Kory: The hardest part for me has been figuring out how my character would act when the character I share the stage with the most is blind. How does that change the way my character would behave, the way they would speak or move, the things they would notice, or the way they think. Finding a way to display all of those small – yet important – factors on stage is what will bring the show to life, and it has been a fun challenge figuring it out.
Spradlin: The play is called a ‘thriller.’ What do you see as the thrilling aspects of the play?
Rett: The knowledge that we know something Susan doesn’t, and that we wish we could warn her!
Jager: Are you kidding? Is that a trick question? I’m not giving away details! But playwright Jeffrey Hatcher has definitely opted for sensationalized plot over detailed characterization and director Patrick Spradlin & Co. are definitely taking their cues from him.
Yeager: Even if you have seen the movie or another stage production, our portrayal of these dark events will certainly offer something new. If by chance you are unfamiliar with the story, buckle up, you’re in for a heck of a ride.
Martin: Darkness has a big role in the play. It adds to the suspense of the action and immerses the audience in how it must feel for Susan at all times.
Spradlin: What’s your ‘elevator’ pitch (short sales pitch) to people to convince them to come to see ‘Wait Until Dark’?
Rett: Fear. Anxiety. Bravery. Suspense. Disbelief. Come along with our protagonist, Susan, and experience all of these visceral emotions with us in our production.
Endicott: Come and see an intriguing thriller with suspense and drama. This is an excellent cast (present company excluded) that will keep you on the edge of your seat.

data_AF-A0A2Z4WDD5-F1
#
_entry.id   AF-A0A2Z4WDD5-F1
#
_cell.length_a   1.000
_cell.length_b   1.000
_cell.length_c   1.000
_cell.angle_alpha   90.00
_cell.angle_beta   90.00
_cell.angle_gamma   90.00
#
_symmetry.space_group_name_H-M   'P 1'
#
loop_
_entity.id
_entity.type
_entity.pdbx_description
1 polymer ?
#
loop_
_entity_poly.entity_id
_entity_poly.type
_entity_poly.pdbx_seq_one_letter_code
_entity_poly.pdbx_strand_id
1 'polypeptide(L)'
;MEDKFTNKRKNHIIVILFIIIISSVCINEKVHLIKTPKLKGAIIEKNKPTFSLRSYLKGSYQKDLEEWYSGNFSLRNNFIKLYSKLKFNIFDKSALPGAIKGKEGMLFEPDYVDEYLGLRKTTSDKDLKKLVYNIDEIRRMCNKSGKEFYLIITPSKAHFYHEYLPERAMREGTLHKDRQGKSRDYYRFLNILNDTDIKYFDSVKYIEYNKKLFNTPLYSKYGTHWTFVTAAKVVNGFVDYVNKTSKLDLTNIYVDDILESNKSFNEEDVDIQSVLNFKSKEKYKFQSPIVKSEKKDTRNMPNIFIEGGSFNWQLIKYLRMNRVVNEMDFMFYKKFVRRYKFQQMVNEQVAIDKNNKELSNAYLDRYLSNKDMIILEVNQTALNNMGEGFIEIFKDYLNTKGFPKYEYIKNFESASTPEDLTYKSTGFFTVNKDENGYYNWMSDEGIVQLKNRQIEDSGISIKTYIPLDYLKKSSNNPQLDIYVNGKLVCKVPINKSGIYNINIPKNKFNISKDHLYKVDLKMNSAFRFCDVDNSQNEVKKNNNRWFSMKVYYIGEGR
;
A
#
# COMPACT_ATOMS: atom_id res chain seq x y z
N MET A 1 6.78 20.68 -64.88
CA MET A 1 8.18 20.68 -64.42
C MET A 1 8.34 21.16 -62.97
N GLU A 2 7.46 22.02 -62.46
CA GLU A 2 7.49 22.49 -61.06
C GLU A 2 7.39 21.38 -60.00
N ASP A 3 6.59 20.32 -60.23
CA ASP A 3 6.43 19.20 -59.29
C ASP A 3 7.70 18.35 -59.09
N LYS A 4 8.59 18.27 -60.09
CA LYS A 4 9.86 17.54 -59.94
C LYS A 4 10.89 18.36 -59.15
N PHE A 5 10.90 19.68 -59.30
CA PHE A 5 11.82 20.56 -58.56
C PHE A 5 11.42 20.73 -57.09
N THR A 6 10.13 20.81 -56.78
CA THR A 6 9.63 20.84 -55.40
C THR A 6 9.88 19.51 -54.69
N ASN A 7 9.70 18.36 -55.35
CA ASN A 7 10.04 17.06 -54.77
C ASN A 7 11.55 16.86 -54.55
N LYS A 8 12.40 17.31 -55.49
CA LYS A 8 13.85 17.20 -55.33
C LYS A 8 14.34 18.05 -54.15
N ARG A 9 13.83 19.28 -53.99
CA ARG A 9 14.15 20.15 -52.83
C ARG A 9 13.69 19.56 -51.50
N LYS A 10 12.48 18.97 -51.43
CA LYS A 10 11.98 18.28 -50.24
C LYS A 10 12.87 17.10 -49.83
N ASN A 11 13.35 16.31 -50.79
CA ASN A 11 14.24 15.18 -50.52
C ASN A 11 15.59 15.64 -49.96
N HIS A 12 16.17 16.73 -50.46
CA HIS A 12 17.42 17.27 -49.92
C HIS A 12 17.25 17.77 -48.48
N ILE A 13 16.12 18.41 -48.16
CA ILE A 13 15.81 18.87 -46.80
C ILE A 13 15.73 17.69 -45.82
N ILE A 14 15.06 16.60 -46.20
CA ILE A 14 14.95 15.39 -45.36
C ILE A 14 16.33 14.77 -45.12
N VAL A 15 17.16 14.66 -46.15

Kory: ‘Wait Until Dark’ is a gripping story that caters to audiences who enjoy mystery and suspense, and it definitely deserves a second watch to see what things you may have missed which hinted at or foreshadowed later events.
Jager: Recently I was asked, “Is the show you’re currently working on intense? Am I going to have to think? Or can I just come enjoy it?” I tell them it’s about a blind woman who, in the midst of being conned by thugs, uses her blindness to turn the tables on them. That seems to spark their interest, so I don’t usually mention the psychopath, blood, or fire.
Yeager: Simple: this is a hell of a show with an amazing cast, technical crew and leadership. The writing is superb and I am certain this show has the makings to be one of the highest quality productions in the area in the recent past.
The creative team for ‘Wait Until Dark’ consists of set designer Tim Leagjeld, costume designer Dawn Krautbauer, and lighting designer Heidi Eckwall. George Marsolek is technical director. Curtis Jendro designed sound, and is the sound technician/master electrician. Specialty props were created by Gina Singer. Company photographer is John Erickson of Art Matters Studio and Gallery.
Tickets for ‘Wait Until Dark’ are available from the CLC Theatre Box Office at (218) 855-8199, or one hour prior to each performance. They are also available online at www.clcperformingarts.com
This activity is made possible, in part, by the voters of Minnesota, through a grant from the Five Wings Arts Council, thanks to a legislative appropriation from the Arts and Cultural Heritage Fund.